Nigeria’s political elite, as Skiar (2006: 3) observed
Vie for power and control over the vast spoils of office”. The centralized political and economic structures “made the military and civilian individuals who controlled key state posts fabulously wealthy, while 70% of Nigerians fell into abject poverty.
Poor leadership has led to stagnation, and alienation of the citizenry, causing a low level of sense of belonging and none identifying with the political system (Mayer, 1996: 10). According to Kew (2006:21):
The Nigerian government remains distant from serving the interest of its people. The powerful mandarin who built vast patronage networks during the military days and their personal fortunes dominates politics at the federal state, and local levels of the Nigerian federation. Moreover, many of those so-called “godfathers” have been cultivating personal militias to secure their positions, promoting a local arm race in some regions… even though several governors one under indictment for money laundering abroad and others are being investigated at home. The bonanza continues at public coffers for these power holders, while basic infrastructure in many parts of the country remains as dilapidated as it was under military rule.
It is the situation that Ake (1995: 2-5) indicated as the product of the pattern of state affairs in the developing world. According to him, the high premium on political power, and the attendant intense struggle for it, further hinders national development for the promotion of the personal interests of the political leaders. Eke further observed that:
Besieged by a multitude of hostility forces, most of the leaders in Africa are political insecure. They are as completely engrossed in the struggle for survival that they are hardly able to address the problem of development.
Skiar (2006: 3-4) noted that the leadership problem in the Nigerian polity was a manifestation of the dysfunctional pattern of the years of military interregnum. The leadership pattern in Nigeria lacks the necessary focus capable of instilling national development and promotes political stability. Rather,
Nigerian leaders are preoccupied with their desires for the appropriation and privatization of the Nigerian state. The fall of the second Republic, for instance, was precipitated by the pervasive corruption and, the attendant political violence that greeted electoral manipulations, in a bid to stick to power (Ayeni, 1988: 30).
Similarly, bad leadership also plagued the military coups and counter coups; although their successors did not fair better. Consequently, development programme was slowed down, and political instability continued to parade the polity, as focus was shifted to combat the looming force of insecurity and internal regime instability (Omololu, 2007: 30). Oyedepo who rarely speaks on politics condemned the attitude of the current corrupt Nigerian leaders at all levels, saying that a country with many of her 36 state governors adjudged corrupt cannot be regarded as being governed well. According to him, the Church should come out of its political docility to mobilize its members for active participation in the political process (Ribadu, 2007: 23). Agha (1988: 106) posited that: “Any society is moralized by ideas, and ideas must work through the brains and arms of good and faithful men and women”. Obviously, the Church as a segment of the civil society should be concerned about arming their brains for good governance in the country. She has to speak out with any articulate voice on moral failures within the Church as to reflect positively on the country’s political process to appreciable extent (Ojo, 2004: 1). As such, the Church has to carry out its missionary and prophetic mandate to the society. Against this background, this study examines the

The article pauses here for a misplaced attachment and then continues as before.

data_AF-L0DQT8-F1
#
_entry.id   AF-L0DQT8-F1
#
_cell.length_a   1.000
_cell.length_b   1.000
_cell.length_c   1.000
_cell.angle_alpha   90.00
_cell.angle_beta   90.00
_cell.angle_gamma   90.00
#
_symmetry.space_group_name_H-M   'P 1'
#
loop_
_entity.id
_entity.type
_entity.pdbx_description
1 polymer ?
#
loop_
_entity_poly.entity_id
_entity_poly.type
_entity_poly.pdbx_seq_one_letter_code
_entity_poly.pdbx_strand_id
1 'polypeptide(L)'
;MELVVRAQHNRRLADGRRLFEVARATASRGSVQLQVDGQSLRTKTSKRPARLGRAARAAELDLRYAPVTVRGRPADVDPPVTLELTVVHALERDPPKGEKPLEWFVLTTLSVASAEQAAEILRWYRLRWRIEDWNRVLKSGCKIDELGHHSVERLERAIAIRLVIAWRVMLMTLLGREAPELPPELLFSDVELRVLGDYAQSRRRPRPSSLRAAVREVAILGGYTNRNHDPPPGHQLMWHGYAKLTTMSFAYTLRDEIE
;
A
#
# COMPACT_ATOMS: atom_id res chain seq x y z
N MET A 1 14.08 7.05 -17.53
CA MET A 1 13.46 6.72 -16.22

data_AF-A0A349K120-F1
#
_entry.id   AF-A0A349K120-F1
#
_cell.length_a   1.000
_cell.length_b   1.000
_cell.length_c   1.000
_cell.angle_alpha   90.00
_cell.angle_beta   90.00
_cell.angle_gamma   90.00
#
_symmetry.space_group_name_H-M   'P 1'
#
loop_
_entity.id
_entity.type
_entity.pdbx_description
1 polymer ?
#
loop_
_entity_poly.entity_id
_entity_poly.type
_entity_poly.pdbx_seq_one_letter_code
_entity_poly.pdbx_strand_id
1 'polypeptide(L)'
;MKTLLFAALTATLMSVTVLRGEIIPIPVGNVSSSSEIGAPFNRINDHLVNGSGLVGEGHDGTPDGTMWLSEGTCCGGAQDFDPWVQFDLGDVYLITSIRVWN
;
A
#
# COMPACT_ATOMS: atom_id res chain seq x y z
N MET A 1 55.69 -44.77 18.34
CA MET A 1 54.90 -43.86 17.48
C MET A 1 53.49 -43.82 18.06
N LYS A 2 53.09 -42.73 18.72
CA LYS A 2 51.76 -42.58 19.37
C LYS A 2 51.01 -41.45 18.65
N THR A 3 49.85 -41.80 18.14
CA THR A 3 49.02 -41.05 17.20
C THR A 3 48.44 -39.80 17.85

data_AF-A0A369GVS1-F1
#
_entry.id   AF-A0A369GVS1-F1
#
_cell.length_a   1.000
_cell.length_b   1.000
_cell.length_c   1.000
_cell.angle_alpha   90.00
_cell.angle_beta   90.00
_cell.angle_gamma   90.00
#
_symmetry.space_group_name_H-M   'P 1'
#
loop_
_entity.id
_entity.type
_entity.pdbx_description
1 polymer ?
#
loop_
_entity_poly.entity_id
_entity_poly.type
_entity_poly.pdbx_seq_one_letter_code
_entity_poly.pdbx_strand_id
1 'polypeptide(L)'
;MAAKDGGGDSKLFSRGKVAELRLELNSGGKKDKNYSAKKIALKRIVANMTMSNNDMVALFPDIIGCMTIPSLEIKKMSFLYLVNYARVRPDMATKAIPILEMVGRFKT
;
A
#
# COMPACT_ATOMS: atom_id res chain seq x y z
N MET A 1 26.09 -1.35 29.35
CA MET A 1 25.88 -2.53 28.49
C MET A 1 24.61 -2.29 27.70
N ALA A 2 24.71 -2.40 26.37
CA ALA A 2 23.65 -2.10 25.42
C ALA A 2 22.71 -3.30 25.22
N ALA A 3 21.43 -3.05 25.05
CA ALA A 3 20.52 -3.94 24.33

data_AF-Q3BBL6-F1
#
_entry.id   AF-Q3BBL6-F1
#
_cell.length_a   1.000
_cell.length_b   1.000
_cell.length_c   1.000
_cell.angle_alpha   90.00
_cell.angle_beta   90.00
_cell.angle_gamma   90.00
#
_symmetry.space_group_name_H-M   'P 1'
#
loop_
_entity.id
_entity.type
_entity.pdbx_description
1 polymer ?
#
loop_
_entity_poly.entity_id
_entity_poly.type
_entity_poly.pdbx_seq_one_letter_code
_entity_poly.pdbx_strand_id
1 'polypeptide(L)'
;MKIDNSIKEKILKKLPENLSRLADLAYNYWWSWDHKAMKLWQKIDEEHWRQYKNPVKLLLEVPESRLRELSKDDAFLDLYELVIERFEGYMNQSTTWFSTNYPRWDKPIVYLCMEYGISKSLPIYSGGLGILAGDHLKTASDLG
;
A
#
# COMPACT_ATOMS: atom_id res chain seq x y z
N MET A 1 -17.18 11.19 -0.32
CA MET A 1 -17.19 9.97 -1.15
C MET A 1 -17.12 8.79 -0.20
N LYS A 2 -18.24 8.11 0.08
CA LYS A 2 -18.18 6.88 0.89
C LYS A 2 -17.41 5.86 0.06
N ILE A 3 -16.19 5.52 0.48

role of the Church in combating corruption among Political leaders in Anambra State.
1.2 Statement of Research Problem
Corruption is ubiquitous phenomenon, as old as human existence and has adversely affected the society since time immemorial. In the pursuit of the specific purpose of this research, the assumption that are verified in this scholarly exercise are formulated and stated that it is believed that there is no positive relationship between Church and political leaders in Anambra State; and corruption has eaten deep and replicated itself in Anambra State since its creation. While the Church with its strength and spiritual authority has not ben able to wage offensive war against corruption in Anambra State. It is the expectation of the researcher that the work will help Anambra State Government and Church to reflect on the best strategy for fighting against corruption and redeeming her society from the apparent socio-economic and political decay.
The Church with its institutional strength and moral sanity should be able to pose frontal attack against corruption in Anambra State. Its voice has to be strong enough to fight against the spate of corruption, which has been looming large in the society.The Church which is the moral light of the society should be able to light up the dark clouds of corruption that has closed Anambra State. It is